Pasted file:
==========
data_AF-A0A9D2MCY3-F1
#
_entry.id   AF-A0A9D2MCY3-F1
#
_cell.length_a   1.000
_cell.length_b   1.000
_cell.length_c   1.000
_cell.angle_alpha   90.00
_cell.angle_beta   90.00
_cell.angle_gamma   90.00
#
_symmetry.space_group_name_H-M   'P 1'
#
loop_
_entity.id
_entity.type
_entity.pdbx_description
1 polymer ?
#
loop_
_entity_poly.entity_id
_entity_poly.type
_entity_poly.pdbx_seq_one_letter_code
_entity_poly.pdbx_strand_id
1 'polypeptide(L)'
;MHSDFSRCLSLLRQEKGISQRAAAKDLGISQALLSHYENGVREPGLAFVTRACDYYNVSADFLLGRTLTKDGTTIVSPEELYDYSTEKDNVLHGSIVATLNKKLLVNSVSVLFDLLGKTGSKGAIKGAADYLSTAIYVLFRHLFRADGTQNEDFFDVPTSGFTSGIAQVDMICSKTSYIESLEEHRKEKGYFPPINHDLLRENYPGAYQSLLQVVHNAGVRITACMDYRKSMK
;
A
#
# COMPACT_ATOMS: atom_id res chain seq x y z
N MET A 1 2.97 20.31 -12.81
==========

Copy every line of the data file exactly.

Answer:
data_AF-A0A9D2MCY3-F1
#
_entry.id   AF-A0A9D2MCY3-F1
#
_cell.length_a   1.000
_cell.length_b   1.000
_cell.length_c   1.000
_cell.angle_alpha   90.00
_cell.angle_beta   90.00
_cell.angle_gamma   90.00
#
_symmetry.space_group_name_H-M   'P 1'
#
loop_
_entity.id
_entity.type
_entity.pdbx_description
1 polymer ?
#
loop_
_entity_poly.entity_id
_entity_poly.type
_entity_poly.pdbx_seq_one_letter_code
_entity_poly.pdbx_strand_id
1 'polypeptide(L)'
;MHSDFSRCLSLLRQEKGISQRAAAKDLGISQALLSHYENGVREPGLAFVTRACDYYNVSADFLLGRTLTKDGTTIVSPEELYDYSTEKDNVLHGSIVATLNKKLLVNSVSVLFDLLGKTGSKGAIKGAADYLSTAIYVLFRHLFRADGTQNEDFFDVPTSGFTSGIAQVDMICSKTSYIESLEEHRKEKGYFPPINHDLLRENYPGAYQSLLQVVHNAGVRITACMDYRKSMK
;
A
#
# COMPACT_ATOMS: atom_id res chain seq x y z
N MET A 1 2.97 20.31 -12.81